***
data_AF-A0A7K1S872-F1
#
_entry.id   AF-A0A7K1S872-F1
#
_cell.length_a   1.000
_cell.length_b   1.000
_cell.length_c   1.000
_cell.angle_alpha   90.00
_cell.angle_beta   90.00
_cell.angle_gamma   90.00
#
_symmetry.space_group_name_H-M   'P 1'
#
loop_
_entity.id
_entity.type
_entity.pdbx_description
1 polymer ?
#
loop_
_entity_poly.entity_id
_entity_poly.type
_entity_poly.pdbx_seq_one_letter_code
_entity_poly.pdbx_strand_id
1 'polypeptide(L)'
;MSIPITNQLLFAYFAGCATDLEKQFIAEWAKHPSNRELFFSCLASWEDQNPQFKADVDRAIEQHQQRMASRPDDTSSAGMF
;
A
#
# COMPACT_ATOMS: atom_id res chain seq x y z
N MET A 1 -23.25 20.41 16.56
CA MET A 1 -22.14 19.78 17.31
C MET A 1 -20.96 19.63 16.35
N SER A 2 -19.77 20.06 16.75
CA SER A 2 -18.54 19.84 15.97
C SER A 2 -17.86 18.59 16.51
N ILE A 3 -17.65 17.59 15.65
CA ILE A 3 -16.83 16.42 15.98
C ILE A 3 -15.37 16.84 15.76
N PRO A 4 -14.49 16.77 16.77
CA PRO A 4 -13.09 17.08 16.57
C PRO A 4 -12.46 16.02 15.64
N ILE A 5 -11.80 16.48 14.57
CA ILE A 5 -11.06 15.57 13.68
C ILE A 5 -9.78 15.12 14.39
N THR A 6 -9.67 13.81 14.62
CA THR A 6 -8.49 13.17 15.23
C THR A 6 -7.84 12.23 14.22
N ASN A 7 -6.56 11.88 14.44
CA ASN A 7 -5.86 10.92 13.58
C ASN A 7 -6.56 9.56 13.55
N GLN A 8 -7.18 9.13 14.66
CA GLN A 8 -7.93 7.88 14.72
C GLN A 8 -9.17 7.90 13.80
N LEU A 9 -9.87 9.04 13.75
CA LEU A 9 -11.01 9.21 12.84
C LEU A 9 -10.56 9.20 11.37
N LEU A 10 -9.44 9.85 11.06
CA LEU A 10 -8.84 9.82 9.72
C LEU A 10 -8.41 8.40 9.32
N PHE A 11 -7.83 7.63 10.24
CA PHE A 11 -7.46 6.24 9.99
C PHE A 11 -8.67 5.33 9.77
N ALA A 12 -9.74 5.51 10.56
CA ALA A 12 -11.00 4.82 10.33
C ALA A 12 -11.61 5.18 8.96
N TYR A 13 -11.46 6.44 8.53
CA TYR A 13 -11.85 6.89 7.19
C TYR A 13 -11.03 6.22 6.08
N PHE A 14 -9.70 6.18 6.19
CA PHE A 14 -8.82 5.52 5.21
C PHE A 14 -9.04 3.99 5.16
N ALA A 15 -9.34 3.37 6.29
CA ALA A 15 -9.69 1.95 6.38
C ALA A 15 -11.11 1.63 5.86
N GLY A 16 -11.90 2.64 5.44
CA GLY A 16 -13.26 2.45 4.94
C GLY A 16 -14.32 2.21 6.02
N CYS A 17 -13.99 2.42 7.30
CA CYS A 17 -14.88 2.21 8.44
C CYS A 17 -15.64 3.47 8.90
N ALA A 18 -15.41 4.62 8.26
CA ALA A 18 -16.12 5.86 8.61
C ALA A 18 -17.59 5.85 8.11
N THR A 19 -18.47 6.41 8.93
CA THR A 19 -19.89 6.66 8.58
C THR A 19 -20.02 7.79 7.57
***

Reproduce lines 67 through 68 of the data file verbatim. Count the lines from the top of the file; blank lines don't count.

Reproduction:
N TYR A 13 -11.46 6.44 8.53
CA TYR A 13 -11.85 6.89 7.19